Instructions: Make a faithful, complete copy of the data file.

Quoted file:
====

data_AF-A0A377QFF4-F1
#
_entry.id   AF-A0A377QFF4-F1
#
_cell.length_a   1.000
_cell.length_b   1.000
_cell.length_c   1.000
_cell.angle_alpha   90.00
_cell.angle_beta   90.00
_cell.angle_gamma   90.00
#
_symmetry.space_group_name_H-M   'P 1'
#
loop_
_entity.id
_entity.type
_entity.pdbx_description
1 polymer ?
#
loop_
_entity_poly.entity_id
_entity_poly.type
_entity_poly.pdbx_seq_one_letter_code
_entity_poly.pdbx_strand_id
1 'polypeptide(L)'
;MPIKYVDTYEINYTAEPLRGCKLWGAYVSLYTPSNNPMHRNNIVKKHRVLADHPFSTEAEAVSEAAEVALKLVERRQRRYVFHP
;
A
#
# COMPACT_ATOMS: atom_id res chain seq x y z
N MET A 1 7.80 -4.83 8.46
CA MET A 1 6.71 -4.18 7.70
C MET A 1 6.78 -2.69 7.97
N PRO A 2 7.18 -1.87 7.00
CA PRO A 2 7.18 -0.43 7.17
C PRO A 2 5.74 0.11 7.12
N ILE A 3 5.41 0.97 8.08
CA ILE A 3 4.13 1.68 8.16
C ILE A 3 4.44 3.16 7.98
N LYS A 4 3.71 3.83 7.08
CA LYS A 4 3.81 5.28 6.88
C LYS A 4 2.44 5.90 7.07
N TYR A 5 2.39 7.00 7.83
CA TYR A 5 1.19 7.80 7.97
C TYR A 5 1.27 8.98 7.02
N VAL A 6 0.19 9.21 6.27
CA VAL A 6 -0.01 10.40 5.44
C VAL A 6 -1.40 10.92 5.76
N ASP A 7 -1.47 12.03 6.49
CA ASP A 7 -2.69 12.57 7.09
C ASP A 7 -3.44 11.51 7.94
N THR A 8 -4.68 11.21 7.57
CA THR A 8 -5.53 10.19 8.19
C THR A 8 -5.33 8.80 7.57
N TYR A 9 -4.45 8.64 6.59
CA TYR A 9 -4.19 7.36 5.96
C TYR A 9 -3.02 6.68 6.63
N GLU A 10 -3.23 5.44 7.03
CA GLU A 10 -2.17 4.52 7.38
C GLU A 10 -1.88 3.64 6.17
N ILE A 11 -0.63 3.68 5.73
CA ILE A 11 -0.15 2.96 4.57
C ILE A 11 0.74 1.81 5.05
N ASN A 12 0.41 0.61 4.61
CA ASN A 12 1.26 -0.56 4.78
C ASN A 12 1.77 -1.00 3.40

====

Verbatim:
data_AF-A0A377QFF4-F1
#
_entry.id   AF-A0A377QFF4-F1
#
_cell.length_a   1.000
_cell.length_b   1.000
_cell.length_c   1.000
_cell.angle_alpha   90.00
_cell.angle_beta   90.00
_cell.angle_gamma   90.00
#
_symmetry.space_group_name_H-M   'P 1'
#
loop_
_entity.id
_entity.type
_entity.pdbx_description
1 polymer ?
#
loop_
_entity_poly.entity_id
_entity_poly.type
_entity_poly.pdbx_seq_one_letter_code
_entity_poly.pdbx_strand_id
1 'polypeptide(L)'
;MPIKYVDTYEINYTAEPLRGCKLWGAYVSLYTPSNNPMHRNNIVKKHRVLADHPFSTEAEAVSEAAEVALKLVERRQRRYVFHP
;
A
#
# COMPACT_ATOMS: atom_id res chain seq x y z
N MET A 1 7.80 -4.83 8.46
CA MET A 1 6.71 -4.18 7.70
C MET A 1 6.78 -2.69 7.97
N PRO A 2 7.18 -1.87 7.00
CA PRO A 2 7.18 -0.43 7.17
C PRO A 2 5.74 0.11 7.12
N ILE A 3 5.41 0.97 8.08
CA ILE A 3 4.13 1.68 8.16
C ILE A 3 4.44 3.16 7.98
N LYS A 4 3.71 3.83 7.08
CA LYS A 4 3.81 5.28 6.88
C LYS A 4 2.44 5.90 7.07
N TYR A 5 2.39 7.00 7.83
CA TYR A 5 1.19 7.80 7.97
C TYR A 5 1.27 8.98 7.02
N VAL A 6 0.19 9.21 6.27
CA VAL A 6 -0.01 10.40 5.44
C VAL A 6 -1.40 10.92 5.76
N ASP A 7 -1.47 12.03 6.49
CA ASP A 7 -2.69 12.57 7.09
C ASP A 7 -3.44 11.51 7.94
N THR A 8 -4.68 11.21 7.57
CA THR A 8 -5.53 10.19 8.19
C THR A 8 -5.33 8.80 7.57
N TYR A 9 -4.45 8.64 6.59
CA TYR A 9 -4.19 7.36 5.96
C TYR A 9 -3.02 6.68 6.63
N GLU A 10 -3.23 5.44 7.03
CA GLU A 10 -2.17 4.52 7.38
C GLU A 10 -1.88 3.64 6.17
N ILE A 11 -0.63 3.68 5.73
CA ILE A 11 -0.15 2.96 4.57
C ILE A 11 0.74 1.81 5.05
N ASN A 12 0.41 0.61 4.61
CA ASN A 12 1.26 -0.56 4.78
C ASN A 12 1.77 -1.00 3.40